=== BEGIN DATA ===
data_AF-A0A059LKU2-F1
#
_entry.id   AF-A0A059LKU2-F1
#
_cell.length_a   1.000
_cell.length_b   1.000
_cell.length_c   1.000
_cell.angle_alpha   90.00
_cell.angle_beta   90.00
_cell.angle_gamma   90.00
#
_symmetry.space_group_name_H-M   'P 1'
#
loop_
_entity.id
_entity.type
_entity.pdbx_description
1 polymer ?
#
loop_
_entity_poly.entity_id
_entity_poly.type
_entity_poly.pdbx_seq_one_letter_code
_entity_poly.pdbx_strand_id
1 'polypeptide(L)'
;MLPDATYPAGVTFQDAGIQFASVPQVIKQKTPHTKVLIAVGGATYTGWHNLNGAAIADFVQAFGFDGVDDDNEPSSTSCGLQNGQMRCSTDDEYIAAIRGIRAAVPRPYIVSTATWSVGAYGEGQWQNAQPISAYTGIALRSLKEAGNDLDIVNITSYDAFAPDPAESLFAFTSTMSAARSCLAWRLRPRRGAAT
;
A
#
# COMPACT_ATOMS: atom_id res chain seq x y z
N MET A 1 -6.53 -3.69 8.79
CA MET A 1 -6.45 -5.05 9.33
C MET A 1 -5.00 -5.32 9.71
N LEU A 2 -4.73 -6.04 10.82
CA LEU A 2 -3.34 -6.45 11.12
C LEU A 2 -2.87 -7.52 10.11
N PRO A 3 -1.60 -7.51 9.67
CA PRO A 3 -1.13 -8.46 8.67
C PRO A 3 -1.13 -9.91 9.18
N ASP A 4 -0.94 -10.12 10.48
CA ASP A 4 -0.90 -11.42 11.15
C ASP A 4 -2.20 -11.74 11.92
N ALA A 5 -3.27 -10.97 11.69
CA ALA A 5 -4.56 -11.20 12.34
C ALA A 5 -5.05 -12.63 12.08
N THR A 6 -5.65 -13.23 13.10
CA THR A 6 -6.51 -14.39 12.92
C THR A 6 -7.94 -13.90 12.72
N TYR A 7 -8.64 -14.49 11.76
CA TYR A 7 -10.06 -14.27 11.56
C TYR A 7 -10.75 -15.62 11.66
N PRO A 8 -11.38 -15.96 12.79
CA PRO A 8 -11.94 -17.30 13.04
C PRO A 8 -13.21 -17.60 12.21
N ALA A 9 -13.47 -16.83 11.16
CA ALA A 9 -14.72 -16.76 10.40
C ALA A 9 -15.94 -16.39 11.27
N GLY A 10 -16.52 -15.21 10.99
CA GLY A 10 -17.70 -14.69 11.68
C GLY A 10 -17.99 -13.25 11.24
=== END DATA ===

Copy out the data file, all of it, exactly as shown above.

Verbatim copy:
data_AF-A0A059LKU2-F1
#
_entry.id   AF-A0A059LKU2-F1
#
_cell.length_a   1.000
_cell.length_b   1.000
_cell.length_c   1.000
_cell.angle_alpha   90.00
_cell.angle_beta   90.00
_cell.angle_gamma   90.00
#
_symmetry.space_group_name_H-M   'P 1'
#
loop_
_entity.id
_entity.type
_entity.pdbx_description
1 polymer ?
#
loop_
_entity_poly.entity_id
_entity_poly.type
_entity_poly.pdbx_seq_one_letter_code
_entity_poly.pdbx_strand_id
1 'polypeptide(L)'
;MLPDATYPAGVTFQDAGIQFASVPQVIKQKTPHTKVLIAVGGATYTGWHNLNGAAIADFVQAFGFDGVDDDNEPSSTSCGLQNGQMRCSTDDEYIAAIRGIRAAVPRPYIVSTATWSVGAYGEGQWQNAQPISAYTGIALRSLKEAGNDLDIVNITSYDAFAPDPAESLFAFTSTMSAARSCLAWRLRPRRGAAT
;
A
#
# COMPACT_ATOMS: atom_id res chain seq x y z
N MET A 1 -6.53 -3.69 8.79
CA MET A 1 -6.45 -5.05 9.33
C MET A 1 -5.00 -5.32 9.71
N LEU A 2 -4.73 -6.04 10.82
CA LEU A 2 -3.34 -6.45 11.12
C LEU A 2 -2.87 -7.52 10.11
N PRO A 3 -1.60 -7.51 9.67
CA PRO A 3 -1.13 -8.46 8.67
C PRO A 3 -1.13 -9.91 9.18
N ASP A 4 -0.94 -10.12 10.48
CA ASP A 4 -0.90 -11.42 11.15
C ASP A 4 -2.20 -11.74 11.92
N ALA A 5 -3.27 -10.97 11.69
CA ALA A 5 -4.56 -11.20 12.34
C ALA A 5 -5.05 -12.63 12.08
N THR A 6 -5.65 -13.23 13.10
CA THR A 6 -6.51 -14.39 12.92
C THR A 6 -7.94 -13.90 12.72
N TYR A 7 -8.64 -14.49 11.76
CA TYR A 7 -10.06 -14.27 11.56
C TYR A 7 -10.75 -15.62 11.66
N PRO A 8 -11.38 -15.96 12.79
CA PRO A 8 -11.94 -17.30 13.04
C PRO A 8 -13.21 -17.60 12.21
N ALA A 9 -13.47 -16.83 11.16
CA ALA A 9 -14.72 -16.76 10.40
C ALA A 9 -15.94 -16.39 11.27
N GLY A 10 -16.52 -15.21 10.99
CA GLY A 10 -17.70 -14.69 11.68
C GLY A 10 -17.99 -13.25 11.24